We conclude, therefore, that the case must be remanded for a new trial. We find the harmless error rule is inapplicable. The rule is subsumed by the finding that exclusion of the evidence deprived Ms. Pulizzano of a necessary element of her defense. See Constitutional Restraints on the Exclusion of Evidence in the Defendant's Favor: The Implications of Davis v. Alaska, 73 Mich. L. Rev. at 1472. As the court of appeals noted, on remand the circuit court may in its discretion conduct a pretrial hearing to determine to what extent evidence of the prior sexual assault should be admitted so as to permit Ms. Pulizzano to establish her theory of an alternative source of sexual knowledge. Limiting instructions should be given to restrict the trier of fact's use of the evidence to that purpose. As Ms. Pulizzano's offer of proof sought to present only evidence of the prior sexual assault for that purpose, the inquiry should not include evidence of M.D.'s dreams and verbalizations. It is difficult to imagine circumstances more tragic than M.D. has already experienced at such a tender age, and to the extent possible caution should be taken to lessen any further trauma. In the exercise of its discretion, the circuit court, mindful of the important interests underlying the rape shield law, should limit admission of evidence of M.D.'s prior sexual conduct to the extent possible without unduly infringing upon Ms. Pulizzano's constitutional right to present the evidence.
To summarize, we conclude that to establish a constitutional right to present otherwise excluded evidence of a child complainant's prior sexual conduct for the limited purpose of proving an alternative source for sexual knowledge, prior to trial the defendant must make an offer of proof showing: (1) that the prior acts clearly occurred; (2) that the acts closely resembled those of the present case; (3) that the prior act is clearly relevant to a material issue; (4) that the evidence is necessary to the defendant's case; and (5) that the probative value of the evidence outweighs its prejudicial effect. If the defendant makes that showing, the circuit court must then determine whether the State's interests in excluding the evidence are so compelling that they nonetheless overcome the defendant's right to present it. In making that determination, the state's interests are to be closely examined and weighed against the force of the defendant's right to present the evidence, as measured by the first five Herndon factors. In this case, we conclude Ms. Pulizzano's offer of proof was sufficient and that her right to present the evidence is paramount to the state's interests in excluding it. Accordingly, we affirm the court of appeals.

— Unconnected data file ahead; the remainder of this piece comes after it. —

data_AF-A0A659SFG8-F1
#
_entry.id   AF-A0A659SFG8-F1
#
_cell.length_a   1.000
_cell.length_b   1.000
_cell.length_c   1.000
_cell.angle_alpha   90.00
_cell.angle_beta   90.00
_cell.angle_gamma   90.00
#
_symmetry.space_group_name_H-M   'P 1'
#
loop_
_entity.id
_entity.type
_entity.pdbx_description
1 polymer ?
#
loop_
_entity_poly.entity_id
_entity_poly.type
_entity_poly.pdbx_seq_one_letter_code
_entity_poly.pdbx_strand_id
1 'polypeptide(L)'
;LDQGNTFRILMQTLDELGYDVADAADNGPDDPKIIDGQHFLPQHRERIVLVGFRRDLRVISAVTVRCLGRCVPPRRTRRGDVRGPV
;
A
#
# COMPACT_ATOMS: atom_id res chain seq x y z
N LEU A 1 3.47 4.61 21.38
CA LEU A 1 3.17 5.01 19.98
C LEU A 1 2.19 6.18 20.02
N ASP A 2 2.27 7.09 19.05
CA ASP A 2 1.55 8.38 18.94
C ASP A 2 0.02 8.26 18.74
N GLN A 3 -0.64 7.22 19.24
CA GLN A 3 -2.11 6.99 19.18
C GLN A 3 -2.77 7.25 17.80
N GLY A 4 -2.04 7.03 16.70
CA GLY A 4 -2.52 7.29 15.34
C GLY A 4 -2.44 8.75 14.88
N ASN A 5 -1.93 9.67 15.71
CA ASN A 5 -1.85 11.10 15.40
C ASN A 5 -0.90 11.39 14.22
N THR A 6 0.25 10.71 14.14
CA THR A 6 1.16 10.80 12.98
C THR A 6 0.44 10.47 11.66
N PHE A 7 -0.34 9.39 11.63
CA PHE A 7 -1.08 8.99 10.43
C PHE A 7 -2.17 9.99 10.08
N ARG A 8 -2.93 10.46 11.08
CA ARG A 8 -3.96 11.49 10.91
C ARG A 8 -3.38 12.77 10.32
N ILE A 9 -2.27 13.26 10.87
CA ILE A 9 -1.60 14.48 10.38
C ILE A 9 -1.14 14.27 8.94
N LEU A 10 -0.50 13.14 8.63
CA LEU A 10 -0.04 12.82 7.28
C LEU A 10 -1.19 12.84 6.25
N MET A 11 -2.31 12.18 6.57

Because we remand the case for a new trial, the issue of the propriety of the prosecutor's remarks in closing argument may again arise and we therefore reach that question.
While counsel has wide latitude in closing arguments, the control of the content, duration of the argument, and the form of the closing argument are within the sound discretion of the trial court.State v. Lenarchick, 74 Wis.2d 425, 457, 247 N.W.2d 80 (1976).
We conclude that the circuit court abused its discretion in permitting the prosecutor to argue that because Ms. Pulizzano had been sexually abused as a child, she was more likely to have committed the alleged sexual assaults in this case. We disagree with the circuit court that the inference drawn by the prosecutor, known as the "battering parent syndrome," see generally Bulleit, The Battering Parent Syndrome; Inexpert Testimony as Character Evidence, 17 U. Mich. J.L. Ref. 653 (1984), is a matter of common knowledge. The admissibility of evidence of the battering parent syndrome has been controversial among the courts. See id. at 656-57. If admissible at all, however, the courts have been uniform that it must be supported by expert testimony, both with respect to the theory itself and whether the defendant exhibits character traits consistent with that profile. See, e.g., Sanders v. State, 251 Ga. 70, 303 S.E.2d 13, 16 n. 3 (Ga. 1983); State v. Loebach, 310 N.W.2d 58, 64 (Minn. 1981).
We note that generally the State would be precluded from presenting evidence of the battering parent syndrome in its case-in-chief by sec. 904.04(1), Stats. 1985-86. In this case, however, Ms. Pulizzano's testimony that she "would never ever do to those children what was done to me when I was little" opened the door to the State's rebutting her claim. See sec. 904.04(1)(a). We conclude that the prosecutor's argument in closing was improper, however, because it was unsupported by expert testimony. We offer no opinion as to whether evidence of the battering parent syndrome properly supported by expert testimony would be admissible in rebuttal. The absence of expert testimony in this case precludes our resolving that issue.
904.04 Character evidence not admissible to prove conduct, exceptions, other crimes. (1) CHARACTER EVIDENCE GENERALLY. Evidence of a person's character or a trait of his character is not admissible for the purpose of proving that he acted in conformity therewith on a particular occasion, except: . . .
(a) Character of accused. Evidence of a pertinent trait of his character offered by an accused, or by the prosecution to rebut the same; . . .
By the Court. — The decision of the court of appeals is affirmed; and cause remanded for a new trial and further proceedings not inconsistent with this opinion.